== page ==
PASHUPATINATH TEMPLE

PASHUPATINATH TEMPLE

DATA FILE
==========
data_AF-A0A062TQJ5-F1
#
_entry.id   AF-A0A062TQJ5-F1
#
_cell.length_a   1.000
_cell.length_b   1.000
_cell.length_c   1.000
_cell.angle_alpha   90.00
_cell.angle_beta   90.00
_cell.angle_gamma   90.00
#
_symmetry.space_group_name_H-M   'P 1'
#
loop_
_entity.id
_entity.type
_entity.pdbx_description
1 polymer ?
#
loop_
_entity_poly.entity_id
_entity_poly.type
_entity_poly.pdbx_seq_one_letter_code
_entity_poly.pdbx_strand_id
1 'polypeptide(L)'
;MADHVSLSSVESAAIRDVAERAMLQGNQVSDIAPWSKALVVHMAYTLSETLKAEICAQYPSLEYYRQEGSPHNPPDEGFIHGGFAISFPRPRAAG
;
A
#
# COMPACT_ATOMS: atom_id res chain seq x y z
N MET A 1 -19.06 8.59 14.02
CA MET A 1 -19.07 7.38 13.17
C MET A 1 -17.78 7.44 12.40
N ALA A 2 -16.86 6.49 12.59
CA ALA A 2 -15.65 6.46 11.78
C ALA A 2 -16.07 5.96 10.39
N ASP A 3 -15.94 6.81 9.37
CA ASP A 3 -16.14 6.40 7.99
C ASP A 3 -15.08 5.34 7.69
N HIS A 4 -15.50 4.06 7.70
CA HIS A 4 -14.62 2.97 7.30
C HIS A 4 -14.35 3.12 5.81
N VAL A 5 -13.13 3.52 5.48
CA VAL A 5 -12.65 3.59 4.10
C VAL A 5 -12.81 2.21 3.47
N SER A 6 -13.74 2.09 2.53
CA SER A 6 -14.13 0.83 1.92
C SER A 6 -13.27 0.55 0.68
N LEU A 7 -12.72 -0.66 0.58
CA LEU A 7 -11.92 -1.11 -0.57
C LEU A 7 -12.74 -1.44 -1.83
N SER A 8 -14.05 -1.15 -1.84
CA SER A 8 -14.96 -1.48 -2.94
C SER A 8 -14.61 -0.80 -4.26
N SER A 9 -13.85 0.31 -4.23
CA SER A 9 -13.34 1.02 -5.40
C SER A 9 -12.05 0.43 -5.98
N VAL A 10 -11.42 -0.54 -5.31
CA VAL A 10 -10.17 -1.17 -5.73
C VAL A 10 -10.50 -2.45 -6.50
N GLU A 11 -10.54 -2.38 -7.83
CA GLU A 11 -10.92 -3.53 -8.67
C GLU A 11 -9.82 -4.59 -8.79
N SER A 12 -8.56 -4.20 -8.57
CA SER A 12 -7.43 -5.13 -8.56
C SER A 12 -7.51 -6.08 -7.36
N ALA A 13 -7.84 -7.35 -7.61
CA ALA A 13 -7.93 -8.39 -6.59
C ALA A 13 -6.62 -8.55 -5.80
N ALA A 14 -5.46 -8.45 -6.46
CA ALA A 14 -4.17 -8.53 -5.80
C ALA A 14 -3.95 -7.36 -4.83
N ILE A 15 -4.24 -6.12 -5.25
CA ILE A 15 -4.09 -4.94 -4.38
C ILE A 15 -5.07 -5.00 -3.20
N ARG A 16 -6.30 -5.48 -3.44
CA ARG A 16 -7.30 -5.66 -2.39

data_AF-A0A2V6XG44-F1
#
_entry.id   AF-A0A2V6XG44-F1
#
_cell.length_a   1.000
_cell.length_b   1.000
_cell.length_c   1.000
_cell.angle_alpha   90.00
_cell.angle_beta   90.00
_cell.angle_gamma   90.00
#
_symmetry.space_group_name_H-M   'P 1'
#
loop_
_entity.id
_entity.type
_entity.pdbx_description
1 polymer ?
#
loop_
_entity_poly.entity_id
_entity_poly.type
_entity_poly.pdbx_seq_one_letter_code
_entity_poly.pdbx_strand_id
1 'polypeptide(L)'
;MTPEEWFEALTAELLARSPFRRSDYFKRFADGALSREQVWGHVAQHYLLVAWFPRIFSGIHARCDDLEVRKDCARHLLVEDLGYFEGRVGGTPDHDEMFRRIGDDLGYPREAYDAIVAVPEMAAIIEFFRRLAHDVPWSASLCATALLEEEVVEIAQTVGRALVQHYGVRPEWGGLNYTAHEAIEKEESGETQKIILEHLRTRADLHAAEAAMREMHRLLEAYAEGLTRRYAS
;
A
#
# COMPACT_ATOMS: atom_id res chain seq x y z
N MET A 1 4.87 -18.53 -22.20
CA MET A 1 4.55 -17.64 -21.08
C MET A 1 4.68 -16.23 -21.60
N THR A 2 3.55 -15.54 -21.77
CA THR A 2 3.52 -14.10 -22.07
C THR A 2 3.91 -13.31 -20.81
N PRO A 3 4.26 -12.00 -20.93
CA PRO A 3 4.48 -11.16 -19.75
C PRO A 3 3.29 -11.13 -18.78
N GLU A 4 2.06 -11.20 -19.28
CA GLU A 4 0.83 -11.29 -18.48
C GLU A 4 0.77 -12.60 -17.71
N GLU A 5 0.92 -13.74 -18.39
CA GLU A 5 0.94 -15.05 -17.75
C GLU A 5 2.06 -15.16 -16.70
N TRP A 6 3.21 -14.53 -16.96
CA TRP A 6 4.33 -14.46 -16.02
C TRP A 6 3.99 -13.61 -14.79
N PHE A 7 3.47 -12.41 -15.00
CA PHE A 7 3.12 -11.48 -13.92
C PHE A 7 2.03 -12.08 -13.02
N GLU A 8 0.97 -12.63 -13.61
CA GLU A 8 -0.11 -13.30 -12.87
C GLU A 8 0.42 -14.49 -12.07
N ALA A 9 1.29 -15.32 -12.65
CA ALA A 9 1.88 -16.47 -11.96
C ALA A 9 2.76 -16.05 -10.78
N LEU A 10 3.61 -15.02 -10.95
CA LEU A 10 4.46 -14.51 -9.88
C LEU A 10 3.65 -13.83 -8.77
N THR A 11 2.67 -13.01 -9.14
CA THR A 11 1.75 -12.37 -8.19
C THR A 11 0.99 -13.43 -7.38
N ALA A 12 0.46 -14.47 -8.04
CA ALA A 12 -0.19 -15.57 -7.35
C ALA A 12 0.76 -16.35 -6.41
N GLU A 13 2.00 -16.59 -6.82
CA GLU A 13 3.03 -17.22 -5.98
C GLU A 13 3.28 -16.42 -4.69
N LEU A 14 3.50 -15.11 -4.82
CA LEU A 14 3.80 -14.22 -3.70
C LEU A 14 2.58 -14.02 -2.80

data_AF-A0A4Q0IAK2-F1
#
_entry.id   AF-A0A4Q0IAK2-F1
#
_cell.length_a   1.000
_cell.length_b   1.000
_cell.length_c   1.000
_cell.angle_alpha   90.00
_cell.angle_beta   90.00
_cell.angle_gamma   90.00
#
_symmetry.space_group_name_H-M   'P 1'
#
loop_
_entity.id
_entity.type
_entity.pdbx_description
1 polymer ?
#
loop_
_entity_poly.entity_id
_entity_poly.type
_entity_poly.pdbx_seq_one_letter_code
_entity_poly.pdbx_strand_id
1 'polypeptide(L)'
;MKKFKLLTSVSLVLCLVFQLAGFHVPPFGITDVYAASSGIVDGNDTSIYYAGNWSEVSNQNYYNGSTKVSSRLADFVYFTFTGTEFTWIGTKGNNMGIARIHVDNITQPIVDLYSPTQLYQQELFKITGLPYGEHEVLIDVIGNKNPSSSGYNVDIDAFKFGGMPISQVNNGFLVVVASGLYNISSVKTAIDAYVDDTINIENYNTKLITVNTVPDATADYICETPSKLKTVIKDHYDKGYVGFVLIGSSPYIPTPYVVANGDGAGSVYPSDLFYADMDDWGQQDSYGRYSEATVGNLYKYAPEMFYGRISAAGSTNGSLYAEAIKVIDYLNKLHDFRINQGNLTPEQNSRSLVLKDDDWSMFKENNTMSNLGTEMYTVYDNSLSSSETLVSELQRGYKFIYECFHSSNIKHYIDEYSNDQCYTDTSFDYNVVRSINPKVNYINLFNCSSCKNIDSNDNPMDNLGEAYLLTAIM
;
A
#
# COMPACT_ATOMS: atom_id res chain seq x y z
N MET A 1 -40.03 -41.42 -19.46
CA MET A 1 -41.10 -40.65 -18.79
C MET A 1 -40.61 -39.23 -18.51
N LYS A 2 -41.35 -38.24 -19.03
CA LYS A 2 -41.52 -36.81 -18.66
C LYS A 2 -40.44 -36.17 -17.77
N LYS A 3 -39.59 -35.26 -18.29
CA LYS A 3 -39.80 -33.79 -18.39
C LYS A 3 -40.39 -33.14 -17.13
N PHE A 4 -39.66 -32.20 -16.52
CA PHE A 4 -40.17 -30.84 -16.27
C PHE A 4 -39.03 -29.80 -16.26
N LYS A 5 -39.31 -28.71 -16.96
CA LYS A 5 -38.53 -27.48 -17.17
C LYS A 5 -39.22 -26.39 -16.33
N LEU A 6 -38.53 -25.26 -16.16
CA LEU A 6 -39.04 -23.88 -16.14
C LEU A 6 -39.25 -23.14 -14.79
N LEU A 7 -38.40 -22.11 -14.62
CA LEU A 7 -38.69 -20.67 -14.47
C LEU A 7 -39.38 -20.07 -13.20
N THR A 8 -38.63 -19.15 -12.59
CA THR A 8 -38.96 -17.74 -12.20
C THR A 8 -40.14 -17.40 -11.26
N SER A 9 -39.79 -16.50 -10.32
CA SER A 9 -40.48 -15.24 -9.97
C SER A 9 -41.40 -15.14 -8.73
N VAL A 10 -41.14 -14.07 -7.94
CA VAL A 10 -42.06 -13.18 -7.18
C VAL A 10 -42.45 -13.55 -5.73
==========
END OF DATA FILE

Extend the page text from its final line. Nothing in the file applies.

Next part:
The temple lies 5 km to the east of the city center. Located on the banks of the sacred Bagmati River, this temple is the most revered Hindu temple in Nepal. Bagmati River is actually an extremely sacred river; Pashupatinath is the Nepali equivalent of Varanasi on the sacred River Ganges. The cremation Ghats along the Bagmati is the city’s most important location for open-air cremations. Fire is burned here day and night. Only members of the royal family can be cremated immediately in front of Pashupatinath Temple. The main temple is only open to Hindus; Non-Hindus can observe the area from other side of Bagmati River. The most important festival observed here is Shivaratri, or ‘the Night of Lord Shiva’ when devotees and pilgrims from far and wide across Nepal and India, including sadhus (barely attired holy men with long locks of hair and smeared in ashes) and ascetics, throng the temple to have a darshan (glimpse) of the sacred Shiva lingam. The other holy occasion when devotees descend to the temple in large numbers is on Teej (a festival solely observed by Hindu women) in mid-September. The temple of Lord Shiva is considered one of the most sacred Hindu shrines in the world. The two-tiered pagoda with golden roofs and silver doors houses the sacred linga, or phallic symbol, of Lord Shiva. Chronicles indicate the temple existed before 400 A.D. Near the Pashupatinath Temple on the banks of the Bagmati River lies Guheswari, where, according to mythology, a portion of Sati Devi, Lord Shiva’s consort, fell when a grief-stricken Shiva wandered aimlessly across the earth carrying her dead body on his shoulders following her self-immolation.

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